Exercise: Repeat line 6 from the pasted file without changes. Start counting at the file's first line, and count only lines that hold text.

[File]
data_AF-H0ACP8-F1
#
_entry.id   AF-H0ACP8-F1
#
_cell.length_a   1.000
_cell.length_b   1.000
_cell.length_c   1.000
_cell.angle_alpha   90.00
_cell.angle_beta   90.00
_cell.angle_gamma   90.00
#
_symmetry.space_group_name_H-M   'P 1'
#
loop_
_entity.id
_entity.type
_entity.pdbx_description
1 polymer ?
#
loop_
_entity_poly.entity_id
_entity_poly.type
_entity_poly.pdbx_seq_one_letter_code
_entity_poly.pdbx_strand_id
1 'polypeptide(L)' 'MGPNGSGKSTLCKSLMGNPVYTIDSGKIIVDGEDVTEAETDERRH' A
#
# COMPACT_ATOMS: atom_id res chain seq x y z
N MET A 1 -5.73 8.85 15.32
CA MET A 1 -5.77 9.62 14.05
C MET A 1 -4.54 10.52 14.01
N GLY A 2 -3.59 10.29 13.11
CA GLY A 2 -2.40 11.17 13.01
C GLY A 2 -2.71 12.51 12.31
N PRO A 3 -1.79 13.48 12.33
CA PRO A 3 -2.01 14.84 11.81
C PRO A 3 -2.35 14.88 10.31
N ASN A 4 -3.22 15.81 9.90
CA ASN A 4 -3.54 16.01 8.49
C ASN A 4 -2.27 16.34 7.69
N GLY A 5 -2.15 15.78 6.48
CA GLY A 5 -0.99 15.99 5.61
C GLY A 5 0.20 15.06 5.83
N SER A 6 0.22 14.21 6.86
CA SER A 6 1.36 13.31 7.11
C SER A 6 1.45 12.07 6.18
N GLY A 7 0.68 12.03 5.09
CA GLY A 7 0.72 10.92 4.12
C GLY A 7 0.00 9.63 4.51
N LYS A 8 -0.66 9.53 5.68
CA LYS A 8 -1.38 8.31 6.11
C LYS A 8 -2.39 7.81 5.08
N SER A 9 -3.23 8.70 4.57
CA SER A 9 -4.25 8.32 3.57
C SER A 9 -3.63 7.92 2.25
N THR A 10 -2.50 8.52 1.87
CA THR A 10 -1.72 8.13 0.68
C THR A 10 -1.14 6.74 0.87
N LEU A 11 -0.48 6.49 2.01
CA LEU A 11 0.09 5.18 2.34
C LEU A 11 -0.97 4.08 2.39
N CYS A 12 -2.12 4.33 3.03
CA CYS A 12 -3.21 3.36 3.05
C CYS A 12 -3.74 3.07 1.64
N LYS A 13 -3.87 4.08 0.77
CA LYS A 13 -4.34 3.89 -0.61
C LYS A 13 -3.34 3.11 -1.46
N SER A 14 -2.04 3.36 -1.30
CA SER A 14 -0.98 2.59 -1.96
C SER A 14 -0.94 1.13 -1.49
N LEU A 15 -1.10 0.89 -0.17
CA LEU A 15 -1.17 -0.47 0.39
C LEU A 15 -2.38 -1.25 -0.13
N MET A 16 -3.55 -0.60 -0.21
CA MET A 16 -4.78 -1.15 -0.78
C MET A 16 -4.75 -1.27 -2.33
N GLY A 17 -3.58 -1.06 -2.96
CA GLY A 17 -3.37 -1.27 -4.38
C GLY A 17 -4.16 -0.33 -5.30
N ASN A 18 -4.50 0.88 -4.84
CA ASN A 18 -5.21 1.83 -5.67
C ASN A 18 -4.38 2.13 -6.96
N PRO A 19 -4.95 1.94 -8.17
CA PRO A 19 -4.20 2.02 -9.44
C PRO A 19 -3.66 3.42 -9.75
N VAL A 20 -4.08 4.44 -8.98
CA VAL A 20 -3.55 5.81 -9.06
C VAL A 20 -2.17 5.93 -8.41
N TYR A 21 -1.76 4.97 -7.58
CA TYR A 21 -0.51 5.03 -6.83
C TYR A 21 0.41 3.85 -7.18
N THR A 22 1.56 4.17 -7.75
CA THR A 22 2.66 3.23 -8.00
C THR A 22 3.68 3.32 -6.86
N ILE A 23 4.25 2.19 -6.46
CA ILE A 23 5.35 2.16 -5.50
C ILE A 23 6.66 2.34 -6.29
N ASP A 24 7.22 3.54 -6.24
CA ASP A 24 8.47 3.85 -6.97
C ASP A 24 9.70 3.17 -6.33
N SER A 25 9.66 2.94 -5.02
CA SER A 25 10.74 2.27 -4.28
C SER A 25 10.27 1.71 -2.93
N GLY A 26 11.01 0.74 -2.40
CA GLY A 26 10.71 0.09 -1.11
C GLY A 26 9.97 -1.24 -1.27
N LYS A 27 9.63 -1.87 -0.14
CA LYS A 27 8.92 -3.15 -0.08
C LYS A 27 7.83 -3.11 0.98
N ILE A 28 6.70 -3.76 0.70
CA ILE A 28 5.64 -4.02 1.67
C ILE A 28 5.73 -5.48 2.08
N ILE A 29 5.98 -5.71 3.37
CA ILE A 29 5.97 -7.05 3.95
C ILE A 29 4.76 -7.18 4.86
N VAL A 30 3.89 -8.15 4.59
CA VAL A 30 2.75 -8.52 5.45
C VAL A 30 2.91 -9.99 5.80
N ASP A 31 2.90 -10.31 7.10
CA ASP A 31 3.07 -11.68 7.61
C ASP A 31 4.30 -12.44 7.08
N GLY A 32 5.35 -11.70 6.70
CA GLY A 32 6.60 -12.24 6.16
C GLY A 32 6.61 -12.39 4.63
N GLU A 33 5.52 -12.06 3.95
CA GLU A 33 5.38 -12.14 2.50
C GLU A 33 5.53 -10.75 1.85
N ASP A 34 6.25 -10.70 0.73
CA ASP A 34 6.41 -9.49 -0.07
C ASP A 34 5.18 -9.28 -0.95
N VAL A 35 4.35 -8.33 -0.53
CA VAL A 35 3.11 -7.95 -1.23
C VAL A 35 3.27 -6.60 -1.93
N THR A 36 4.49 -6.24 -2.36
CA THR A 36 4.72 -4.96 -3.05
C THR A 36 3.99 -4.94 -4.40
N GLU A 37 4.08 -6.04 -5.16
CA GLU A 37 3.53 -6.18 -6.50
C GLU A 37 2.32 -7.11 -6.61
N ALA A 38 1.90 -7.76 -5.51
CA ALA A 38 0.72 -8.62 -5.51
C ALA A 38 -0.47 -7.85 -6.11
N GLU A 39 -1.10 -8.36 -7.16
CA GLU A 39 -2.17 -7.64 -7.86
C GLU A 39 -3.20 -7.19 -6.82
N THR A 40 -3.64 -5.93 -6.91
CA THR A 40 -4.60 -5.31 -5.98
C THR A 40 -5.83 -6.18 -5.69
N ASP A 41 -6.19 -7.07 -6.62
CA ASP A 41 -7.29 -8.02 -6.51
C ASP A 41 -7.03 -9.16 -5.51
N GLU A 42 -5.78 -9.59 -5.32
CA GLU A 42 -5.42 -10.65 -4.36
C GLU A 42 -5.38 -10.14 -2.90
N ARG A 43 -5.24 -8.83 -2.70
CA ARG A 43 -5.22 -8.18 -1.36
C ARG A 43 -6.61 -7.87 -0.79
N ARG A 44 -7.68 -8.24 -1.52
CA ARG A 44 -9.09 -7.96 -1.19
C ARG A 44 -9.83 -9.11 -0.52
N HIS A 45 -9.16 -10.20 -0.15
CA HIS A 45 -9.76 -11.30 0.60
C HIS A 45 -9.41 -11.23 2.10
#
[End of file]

_cell.length_b   1.000